You can use this  part of the book to…

  • talk about flowers, trees, dragonflies and fungi
  • deciduous trees that drop leaves in the fall.  

Hundreds of flowers are spread
On the top of a sunflower’s head,
And what is even more bizarrer
Each yellow ‘petal’ is another flower. 

The head of a sunflower is made up of many much smaller flowers.  This is a ‘composite’ flower. Every little ridge in the central disc is a flower that is developing.  Those nearer to the outside of the disc are more mature, and hold up little stalks with yellow pollen. Even what seem like the petals are each made of a separated and highly modified flower.  Eventually, all the flowers of the disc will mature, and hopefully all will produce seeds – sunflower seeds. 

The Latin name of sunflowers is Helianthus (it actually means sun-flower).  They are native to America, but are now grown all round the world because they are pretty to look at and because oil can be made from the seeds.

Martha's pennant dragonfly

A Martha’s pennant dragonfly
Rests on a twig in standby
Watching with massive eyes
Ready to chase passing flies.

This Martha’s pennant dragonfly, Latin name Celithemis martha, is found in the Eastern part of the United States.  This is one of the few animals in this book in which the female is more brightly colored than the male (have a look at the male king parrot, or male peacock). This is the female – the male is mostly black.

Dragonflies hunt other flies while they are flying.  They will often come to a rest on top of a stem, and watch for anything that they might catch.  Like their close relatives, the damselflies, dragonflies have eyes that wrap around their heads and can see in virtually every direction.  The ‘Ultraviolet’ page, has a nice picture of the head of a different dragonfly that shows the eyes more clearly.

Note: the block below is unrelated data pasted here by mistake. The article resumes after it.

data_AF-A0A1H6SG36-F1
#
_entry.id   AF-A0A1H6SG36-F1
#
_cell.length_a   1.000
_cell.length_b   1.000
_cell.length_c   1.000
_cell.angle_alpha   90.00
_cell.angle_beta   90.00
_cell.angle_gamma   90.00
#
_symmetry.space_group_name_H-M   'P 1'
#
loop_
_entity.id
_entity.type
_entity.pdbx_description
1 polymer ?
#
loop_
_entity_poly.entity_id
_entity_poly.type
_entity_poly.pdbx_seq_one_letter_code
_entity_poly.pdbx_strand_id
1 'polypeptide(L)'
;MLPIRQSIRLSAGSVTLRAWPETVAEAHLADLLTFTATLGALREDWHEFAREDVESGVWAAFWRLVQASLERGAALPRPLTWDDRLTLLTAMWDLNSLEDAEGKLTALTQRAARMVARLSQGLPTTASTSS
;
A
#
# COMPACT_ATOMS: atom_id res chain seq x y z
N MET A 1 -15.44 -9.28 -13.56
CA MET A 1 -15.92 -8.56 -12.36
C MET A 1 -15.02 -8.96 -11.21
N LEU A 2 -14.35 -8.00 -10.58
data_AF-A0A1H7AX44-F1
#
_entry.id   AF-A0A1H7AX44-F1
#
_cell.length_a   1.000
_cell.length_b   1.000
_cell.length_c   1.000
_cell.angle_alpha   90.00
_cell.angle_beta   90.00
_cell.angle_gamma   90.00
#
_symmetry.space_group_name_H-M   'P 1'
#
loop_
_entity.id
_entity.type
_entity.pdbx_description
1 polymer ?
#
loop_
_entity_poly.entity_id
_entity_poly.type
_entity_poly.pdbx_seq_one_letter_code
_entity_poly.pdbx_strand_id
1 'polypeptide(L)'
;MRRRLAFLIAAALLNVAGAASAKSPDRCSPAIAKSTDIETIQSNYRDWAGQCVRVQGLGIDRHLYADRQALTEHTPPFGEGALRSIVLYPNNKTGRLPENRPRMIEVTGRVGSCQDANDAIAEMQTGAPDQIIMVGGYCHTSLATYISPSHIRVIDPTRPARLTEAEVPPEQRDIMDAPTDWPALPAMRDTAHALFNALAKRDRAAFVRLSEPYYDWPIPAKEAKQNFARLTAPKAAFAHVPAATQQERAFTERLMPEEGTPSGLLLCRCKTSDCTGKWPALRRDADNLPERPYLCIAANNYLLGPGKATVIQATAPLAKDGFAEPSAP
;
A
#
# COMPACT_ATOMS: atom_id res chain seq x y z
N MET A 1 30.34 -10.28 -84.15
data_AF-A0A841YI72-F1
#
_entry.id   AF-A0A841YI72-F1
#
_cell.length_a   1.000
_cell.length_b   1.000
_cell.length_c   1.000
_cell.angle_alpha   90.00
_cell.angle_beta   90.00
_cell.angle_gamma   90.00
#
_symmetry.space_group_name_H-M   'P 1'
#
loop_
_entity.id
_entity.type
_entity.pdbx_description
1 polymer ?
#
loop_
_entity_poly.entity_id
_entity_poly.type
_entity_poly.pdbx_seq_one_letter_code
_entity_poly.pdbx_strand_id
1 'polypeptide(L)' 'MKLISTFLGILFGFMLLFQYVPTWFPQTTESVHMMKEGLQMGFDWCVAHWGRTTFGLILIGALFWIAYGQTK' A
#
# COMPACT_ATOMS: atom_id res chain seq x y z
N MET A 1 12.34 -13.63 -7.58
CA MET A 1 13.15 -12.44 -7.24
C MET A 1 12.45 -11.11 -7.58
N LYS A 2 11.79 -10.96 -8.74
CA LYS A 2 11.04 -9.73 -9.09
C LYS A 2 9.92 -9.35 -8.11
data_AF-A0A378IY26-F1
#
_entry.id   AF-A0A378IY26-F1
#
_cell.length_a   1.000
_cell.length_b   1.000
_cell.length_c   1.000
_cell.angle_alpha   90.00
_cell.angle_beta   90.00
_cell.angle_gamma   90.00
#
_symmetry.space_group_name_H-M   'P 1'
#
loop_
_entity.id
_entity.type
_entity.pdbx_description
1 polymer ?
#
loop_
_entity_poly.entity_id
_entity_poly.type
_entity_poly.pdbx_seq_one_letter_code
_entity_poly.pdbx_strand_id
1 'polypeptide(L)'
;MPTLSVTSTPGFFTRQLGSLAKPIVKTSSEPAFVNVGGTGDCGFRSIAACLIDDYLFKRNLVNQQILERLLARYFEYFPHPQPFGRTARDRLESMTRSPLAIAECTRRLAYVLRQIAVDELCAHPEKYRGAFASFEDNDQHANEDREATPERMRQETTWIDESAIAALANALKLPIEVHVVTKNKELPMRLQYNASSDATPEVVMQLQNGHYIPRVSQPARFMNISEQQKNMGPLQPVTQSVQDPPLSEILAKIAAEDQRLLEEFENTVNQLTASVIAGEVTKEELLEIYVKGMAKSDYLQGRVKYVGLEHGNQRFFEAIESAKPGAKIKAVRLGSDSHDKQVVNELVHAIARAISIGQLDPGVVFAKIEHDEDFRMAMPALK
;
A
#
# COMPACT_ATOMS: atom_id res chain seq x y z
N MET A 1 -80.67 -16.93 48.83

Are the eyes of all damselflies and dragonflies the same color?

Lombardy poplars in the fall

Along the road, poplars stand tall
Leaves change color in the fall
As is usual for deciduous trees
Forming these golden sentries.

It is time to talk about deciduous trees. That’s the word for trees that drop their leaves for the winter.   As they get ready for the ‘fall’, the leaves change colors. As the light-catching green pigments break down, they transform to yellow/orange, red, and brown.  Most deciduous trees live where the weather can get chilly in the winter. In other parts of the world in which there is a very hot and dry season,  deciduous trees may shed leaves for those seasons. Guys who have leaves all year round are the evergreens – but individual leaves do not last forever, they too will be shed. The picture below is part of an evergreen tree, a pine. Towards the end of the year, in Northern locations, older pine needles will lose their green color and drop.

Bracket fungus

Golden yellow on dead wood
A fungus digs deep for food
Upwards, little fans appear
Releasing spores for next year.

Our last yellow guy is Trametes, the turkey-tail fungus.  It is a ‘bracket’ fungus. Bracket fungi do not make mushrooms like other fungi. Rather,  they make spores on fan-like and ledge-like extensions.  Turkey-tail fungi come in a variety of colors, and the colors can change a lot after rain.  These guys are growing from a dead branch that has green lichens growing on the surface. Lichens include fungi and algae living together. There are more on the Gray pages.

If you have questions or ideas, please let us know below.

Nature Reader colors web Yellow

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